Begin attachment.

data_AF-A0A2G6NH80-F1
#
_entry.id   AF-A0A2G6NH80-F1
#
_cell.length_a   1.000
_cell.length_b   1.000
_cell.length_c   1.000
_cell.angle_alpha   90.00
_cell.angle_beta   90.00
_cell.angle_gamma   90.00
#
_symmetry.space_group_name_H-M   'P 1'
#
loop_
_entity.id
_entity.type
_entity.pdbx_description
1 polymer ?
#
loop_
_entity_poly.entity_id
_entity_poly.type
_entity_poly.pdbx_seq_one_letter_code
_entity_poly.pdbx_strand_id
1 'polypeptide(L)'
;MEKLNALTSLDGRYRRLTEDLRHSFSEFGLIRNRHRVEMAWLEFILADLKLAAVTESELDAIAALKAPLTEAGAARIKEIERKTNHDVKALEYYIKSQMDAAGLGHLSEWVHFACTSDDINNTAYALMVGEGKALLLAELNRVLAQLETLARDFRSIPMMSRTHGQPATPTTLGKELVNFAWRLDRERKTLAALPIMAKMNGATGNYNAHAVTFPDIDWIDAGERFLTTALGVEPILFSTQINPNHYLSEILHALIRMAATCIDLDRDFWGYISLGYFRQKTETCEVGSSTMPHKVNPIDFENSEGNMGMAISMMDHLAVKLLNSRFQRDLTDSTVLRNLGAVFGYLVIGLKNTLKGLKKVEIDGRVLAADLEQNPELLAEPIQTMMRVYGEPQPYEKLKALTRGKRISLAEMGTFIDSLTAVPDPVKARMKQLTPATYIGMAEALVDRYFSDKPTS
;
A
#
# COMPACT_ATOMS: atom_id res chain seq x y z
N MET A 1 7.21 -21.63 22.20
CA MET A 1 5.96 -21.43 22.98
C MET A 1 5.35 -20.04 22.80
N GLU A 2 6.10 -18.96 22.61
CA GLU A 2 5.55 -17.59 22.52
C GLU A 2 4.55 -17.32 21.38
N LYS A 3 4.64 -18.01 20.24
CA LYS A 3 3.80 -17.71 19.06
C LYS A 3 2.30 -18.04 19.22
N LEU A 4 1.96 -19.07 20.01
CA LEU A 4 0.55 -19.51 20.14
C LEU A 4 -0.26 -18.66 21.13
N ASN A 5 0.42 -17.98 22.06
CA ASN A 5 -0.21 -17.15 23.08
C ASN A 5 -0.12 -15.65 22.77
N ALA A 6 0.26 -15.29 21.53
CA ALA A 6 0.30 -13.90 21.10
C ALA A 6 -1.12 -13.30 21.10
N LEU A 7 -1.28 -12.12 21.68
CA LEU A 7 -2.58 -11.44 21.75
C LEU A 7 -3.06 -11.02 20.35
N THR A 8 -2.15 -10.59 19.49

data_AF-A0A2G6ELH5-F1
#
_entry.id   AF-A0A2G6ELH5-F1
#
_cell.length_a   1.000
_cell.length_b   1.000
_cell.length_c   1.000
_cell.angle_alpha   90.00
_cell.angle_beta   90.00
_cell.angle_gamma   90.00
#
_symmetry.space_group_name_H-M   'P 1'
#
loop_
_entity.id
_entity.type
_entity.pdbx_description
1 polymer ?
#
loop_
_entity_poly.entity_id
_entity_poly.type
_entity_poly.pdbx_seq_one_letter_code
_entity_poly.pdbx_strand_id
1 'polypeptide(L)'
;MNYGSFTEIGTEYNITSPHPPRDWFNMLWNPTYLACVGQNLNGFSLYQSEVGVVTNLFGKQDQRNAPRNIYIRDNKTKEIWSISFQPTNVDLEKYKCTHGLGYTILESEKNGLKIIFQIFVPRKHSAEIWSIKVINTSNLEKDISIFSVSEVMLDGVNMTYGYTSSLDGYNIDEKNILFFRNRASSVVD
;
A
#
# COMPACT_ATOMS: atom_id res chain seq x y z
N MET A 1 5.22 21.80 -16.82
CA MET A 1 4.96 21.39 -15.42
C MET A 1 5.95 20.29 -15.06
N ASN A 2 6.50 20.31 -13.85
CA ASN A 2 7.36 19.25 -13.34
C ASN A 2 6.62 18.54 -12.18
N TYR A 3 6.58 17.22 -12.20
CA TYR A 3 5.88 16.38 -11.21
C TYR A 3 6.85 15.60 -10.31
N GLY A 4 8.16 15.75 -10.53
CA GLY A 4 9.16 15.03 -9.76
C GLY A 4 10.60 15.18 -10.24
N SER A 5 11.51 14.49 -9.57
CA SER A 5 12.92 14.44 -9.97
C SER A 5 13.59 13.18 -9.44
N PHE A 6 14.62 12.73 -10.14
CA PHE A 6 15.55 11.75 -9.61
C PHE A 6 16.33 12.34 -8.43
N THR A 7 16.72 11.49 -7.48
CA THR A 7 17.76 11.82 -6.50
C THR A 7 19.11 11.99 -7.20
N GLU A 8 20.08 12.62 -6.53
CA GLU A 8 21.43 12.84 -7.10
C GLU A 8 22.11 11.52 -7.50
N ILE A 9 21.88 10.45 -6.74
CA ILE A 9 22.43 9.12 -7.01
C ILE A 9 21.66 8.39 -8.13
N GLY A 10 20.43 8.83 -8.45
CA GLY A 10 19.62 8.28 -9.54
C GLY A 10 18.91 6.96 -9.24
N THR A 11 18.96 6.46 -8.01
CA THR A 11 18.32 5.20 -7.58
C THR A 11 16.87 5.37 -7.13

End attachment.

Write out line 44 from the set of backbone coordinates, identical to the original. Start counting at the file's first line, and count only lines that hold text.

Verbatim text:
CA ASN A 5 -0.21 -17.15 23.08